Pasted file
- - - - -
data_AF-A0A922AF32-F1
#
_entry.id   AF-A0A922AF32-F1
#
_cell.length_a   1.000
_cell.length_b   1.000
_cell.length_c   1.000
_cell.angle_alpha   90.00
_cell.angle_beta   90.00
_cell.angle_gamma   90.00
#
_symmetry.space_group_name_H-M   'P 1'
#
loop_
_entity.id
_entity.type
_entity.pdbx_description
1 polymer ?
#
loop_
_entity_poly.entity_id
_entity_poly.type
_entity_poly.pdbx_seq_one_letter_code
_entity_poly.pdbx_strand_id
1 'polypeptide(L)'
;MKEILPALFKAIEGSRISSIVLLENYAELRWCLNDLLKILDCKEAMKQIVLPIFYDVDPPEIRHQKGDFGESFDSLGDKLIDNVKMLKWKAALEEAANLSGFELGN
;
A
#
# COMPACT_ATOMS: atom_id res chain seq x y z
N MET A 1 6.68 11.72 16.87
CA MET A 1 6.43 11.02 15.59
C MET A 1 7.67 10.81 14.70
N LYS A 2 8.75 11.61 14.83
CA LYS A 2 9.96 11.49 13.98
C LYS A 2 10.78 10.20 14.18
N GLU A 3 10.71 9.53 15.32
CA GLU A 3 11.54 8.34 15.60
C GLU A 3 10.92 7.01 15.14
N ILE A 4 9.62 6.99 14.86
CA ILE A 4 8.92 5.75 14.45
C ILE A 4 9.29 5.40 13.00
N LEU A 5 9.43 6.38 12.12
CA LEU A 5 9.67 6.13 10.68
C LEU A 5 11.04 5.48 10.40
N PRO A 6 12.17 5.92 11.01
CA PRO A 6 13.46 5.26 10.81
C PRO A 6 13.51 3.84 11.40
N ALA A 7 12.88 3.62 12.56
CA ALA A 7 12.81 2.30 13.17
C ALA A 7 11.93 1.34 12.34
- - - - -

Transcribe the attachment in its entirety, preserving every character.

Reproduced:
data_AF-A0A922AF32-F1
#
_entry.id   AF-A0A922AF32-F1
#
_cell.length_a   1.000
_cell.length_b   1.000
_cell.length_c   1.000
_cell.angle_alpha   90.00
_cell.angle_beta   90.00
_cell.angle_gamma   90.00
#
_symmetry.space_group_name_H-M   'P 1'
#
loop_
_entity.id
_entity.type
_entity.pdbx_description
1 polymer ?
#
loop_
_entity_poly.entity_id
_entity_poly.type
_entity_poly.pdbx_seq_one_letter_code
_entity_poly.pdbx_strand_id
1 'polypeptide(L)'
;MKEILPALFKAIEGSRISSIVLLENYAELRWCLNDLLKILDCKEAMKQIVLPIFYDVDPPEIRHQKGDFGESFDSLGDKLIDNVKMLKWKAALEEAANLSGFELGN
;
A
#
# COMPACT_ATOMS: atom_id res chain seq x y z
N MET A 1 6.68 11.72 16.87
CA MET A 1 6.43 11.02 15.59
C MET A 1 7.67 10.81 14.70
N LYS A 2 8.75 11.61 14.83
CA LYS A 2 9.96 11.49 13.98
C LYS A 2 10.78 10.20 14.18
N GLU A 3 10.71 9.53 15.32
CA GLU A 3 11.54 8.34 15.60
C GLU A 3 10.92 7.01 15.14
N ILE A 4 9.62 6.99 14.86
CA ILE A 4 8.92 5.75 14.45
C ILE A 4 9.29 5.40 13.00
N LEU A 5 9.43 6.38 12.12
CA LEU A 5 9.67 6.13 10.68
C LEU A 5 11.04 5.48 10.40
N PRO A 6 12.17 5.92 11.01
CA PRO A 6 13.46 5.26 10.81
C PRO A 6 13.51 3.84 11.40
N ALA A 7 12.88 3.62 12.56
CA ALA A 7 12.81 2.30 13.17
C ALA A 7 11.93 1.34 12.34